East Coast mainline: Virgin-Stagecoach takeover 'a national disgrace'

Consortium promises new trains and faster journeys, but unions are furious that the line will be re-privatised

Virgin train, London
(Image credit: WILL OLIVER/AFP/Getty)

Stagecoach and Virgin have been awarded the London-to-Scotland rail franchise in a deal which union leaders have branded "a national disgrace".

The two companies agreed to pay £3.3bn for the East Coast mainline contract and promised to invest £140m in maintenance and development over the next eight years, the BBC reports.

Transport Secretary Patrick McLoughlin said: "This is a fantastic deal for passengers and for staff on this vital route. It gives passengers more seats, more services and new trains.

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"I believe Stagecoach and Virgin will not only deliver for customers but also for the British taxpayer."

The new consortium, known as Inter City Railways, also promised to shave 13 minutes off the 4hr 22min journey from London to Edinburgh.

But the RMT general secretary, Mick Cash, described the move as "an act of utter betrayal".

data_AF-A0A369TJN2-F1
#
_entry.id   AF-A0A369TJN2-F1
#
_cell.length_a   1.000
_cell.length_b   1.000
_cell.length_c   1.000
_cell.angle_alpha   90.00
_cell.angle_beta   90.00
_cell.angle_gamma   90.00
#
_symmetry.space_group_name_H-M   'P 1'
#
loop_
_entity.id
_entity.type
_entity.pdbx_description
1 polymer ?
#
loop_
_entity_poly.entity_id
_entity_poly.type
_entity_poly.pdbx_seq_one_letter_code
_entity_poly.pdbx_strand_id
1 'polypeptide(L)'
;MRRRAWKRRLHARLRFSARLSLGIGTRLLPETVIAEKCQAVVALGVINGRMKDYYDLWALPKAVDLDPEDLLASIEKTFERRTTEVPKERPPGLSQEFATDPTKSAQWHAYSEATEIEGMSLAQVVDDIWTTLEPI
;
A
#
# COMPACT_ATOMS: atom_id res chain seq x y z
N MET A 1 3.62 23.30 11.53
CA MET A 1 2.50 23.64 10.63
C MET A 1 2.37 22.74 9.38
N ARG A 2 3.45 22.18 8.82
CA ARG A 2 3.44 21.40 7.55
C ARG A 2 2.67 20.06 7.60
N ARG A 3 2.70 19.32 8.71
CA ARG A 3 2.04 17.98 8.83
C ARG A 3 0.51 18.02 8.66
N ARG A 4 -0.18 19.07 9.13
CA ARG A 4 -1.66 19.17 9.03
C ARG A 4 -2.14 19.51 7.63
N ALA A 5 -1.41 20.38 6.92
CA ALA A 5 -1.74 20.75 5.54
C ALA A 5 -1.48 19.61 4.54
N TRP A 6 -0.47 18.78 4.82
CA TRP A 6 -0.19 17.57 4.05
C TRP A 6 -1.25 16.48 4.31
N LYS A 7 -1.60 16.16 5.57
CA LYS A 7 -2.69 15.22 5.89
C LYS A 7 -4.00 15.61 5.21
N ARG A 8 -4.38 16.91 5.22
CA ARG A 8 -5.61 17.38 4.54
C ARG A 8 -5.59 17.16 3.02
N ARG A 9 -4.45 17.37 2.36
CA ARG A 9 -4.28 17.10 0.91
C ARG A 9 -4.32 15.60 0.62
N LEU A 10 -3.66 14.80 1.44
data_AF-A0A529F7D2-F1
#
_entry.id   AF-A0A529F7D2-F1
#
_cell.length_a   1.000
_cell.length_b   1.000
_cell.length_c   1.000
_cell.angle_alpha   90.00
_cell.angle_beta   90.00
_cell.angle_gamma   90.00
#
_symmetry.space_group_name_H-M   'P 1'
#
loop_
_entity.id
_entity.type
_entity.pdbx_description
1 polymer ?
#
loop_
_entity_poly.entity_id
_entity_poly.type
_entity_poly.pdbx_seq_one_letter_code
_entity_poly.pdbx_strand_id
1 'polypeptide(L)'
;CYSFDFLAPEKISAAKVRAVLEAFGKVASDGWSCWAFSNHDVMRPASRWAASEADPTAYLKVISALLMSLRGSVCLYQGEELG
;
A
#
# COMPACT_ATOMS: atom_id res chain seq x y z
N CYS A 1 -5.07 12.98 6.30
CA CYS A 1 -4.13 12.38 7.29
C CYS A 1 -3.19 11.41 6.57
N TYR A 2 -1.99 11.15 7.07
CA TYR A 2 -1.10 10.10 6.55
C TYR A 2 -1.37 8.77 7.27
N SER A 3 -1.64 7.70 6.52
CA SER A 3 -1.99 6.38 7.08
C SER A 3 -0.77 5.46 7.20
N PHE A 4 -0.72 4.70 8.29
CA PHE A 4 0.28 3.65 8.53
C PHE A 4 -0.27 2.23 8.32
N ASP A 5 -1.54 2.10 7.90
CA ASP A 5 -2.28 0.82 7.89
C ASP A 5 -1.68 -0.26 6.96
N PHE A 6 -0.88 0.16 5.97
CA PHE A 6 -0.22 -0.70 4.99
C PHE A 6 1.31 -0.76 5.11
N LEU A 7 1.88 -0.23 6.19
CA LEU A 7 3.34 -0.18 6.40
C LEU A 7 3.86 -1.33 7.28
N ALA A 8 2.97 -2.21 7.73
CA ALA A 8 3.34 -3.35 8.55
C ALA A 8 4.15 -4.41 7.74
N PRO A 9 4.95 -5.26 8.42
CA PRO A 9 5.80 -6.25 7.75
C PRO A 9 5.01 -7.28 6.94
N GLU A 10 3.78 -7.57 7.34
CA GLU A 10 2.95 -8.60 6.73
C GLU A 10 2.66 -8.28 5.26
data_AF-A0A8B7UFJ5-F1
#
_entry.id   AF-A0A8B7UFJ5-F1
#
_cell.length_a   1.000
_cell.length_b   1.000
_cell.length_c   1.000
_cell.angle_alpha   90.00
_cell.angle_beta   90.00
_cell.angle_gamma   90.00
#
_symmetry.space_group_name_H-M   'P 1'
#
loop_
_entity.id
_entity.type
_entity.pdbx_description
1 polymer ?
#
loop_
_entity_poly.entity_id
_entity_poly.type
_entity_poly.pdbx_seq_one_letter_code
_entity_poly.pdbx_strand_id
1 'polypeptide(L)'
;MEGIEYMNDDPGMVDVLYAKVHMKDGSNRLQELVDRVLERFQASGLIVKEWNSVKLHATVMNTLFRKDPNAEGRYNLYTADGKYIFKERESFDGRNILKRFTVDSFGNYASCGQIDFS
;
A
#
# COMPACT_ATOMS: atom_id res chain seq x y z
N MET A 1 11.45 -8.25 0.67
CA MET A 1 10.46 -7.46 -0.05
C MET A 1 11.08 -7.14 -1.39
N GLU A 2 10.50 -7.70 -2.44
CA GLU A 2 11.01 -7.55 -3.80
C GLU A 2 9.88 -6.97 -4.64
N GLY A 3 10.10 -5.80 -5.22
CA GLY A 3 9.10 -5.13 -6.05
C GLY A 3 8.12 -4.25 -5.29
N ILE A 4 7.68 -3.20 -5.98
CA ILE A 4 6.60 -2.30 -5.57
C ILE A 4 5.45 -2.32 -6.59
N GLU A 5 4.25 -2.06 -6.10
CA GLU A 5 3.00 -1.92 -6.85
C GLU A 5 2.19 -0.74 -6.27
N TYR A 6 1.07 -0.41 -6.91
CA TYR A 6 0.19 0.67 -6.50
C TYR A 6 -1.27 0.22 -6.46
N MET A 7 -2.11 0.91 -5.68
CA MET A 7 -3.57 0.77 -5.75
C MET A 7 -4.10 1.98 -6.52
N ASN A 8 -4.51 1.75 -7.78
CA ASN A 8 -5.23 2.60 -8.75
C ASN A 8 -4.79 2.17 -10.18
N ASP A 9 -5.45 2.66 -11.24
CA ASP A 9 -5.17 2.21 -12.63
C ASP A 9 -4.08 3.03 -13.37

"The government has confirmed that it is bulldozing ahead with the re-privatisation of the East Coast mainline," he said, adding that the move come "despite all the figures showing that the current public sector operator is handing over a billion pounds back to the British people while delivering huge improvements in service and customer satisfaction."

Britain's Department for Transport awarded the contract to Virgin-Stagecoach ahead of two other shortlisted bidders, the British FirstGroup and a joint venture between French firm Keolis and Eurostar.

The East Coast mainline, which connects London to Edinburgh, was nationalised after the previous private operator National Express suffered huge losses while managing the line and handed the contract back.

The government said that it had always intended to re-privatise the line, but the move has been "shrouded in controversy," the Daily Telegraph says.

Unions argued that Directly Operated Railways, the government company set up in 2009 to run the franchise, had been successful in running the line and should have been allowed to continue.

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